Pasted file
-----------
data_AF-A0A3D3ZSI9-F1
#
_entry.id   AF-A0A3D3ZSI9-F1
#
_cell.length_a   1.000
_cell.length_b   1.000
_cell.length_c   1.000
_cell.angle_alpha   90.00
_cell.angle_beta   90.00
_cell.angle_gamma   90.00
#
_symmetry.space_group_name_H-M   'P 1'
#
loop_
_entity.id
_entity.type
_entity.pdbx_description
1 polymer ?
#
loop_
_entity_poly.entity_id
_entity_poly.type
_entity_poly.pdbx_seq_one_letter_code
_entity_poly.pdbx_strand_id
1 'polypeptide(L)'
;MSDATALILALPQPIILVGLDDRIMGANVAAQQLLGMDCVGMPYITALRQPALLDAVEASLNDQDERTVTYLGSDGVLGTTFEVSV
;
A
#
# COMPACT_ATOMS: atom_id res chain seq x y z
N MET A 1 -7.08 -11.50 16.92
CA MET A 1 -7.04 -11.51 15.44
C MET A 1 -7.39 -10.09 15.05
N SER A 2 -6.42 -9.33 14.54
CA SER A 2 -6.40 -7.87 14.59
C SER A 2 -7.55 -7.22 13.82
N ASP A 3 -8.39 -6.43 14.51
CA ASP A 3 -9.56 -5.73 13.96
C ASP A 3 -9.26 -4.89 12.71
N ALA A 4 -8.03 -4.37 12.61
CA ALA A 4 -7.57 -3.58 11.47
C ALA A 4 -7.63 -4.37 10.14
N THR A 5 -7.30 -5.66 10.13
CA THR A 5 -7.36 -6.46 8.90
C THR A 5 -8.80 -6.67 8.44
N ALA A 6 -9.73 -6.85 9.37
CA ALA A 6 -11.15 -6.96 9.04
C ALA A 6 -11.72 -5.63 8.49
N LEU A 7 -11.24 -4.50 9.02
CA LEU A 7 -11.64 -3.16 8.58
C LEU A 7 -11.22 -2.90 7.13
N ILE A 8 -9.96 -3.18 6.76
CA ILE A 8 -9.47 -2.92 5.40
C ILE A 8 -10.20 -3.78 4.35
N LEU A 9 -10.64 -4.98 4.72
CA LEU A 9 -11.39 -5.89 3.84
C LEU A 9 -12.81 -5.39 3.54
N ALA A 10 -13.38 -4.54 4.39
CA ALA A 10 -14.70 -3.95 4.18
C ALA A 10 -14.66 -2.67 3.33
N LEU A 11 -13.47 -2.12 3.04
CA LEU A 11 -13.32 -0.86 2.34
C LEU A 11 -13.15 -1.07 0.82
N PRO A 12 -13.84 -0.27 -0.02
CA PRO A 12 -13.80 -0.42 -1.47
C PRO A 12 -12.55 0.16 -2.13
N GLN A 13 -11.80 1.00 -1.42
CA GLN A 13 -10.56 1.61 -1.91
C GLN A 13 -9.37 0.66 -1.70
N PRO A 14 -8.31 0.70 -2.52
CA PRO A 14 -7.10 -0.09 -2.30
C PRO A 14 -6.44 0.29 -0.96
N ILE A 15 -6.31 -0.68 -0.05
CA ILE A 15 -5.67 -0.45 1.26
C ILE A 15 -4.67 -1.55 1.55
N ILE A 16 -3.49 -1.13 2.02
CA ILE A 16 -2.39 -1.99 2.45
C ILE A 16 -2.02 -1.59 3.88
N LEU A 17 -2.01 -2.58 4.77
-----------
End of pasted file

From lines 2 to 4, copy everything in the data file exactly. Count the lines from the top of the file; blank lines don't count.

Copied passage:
#
_entry.id   AF-A0A3D3ZSI9-F1
#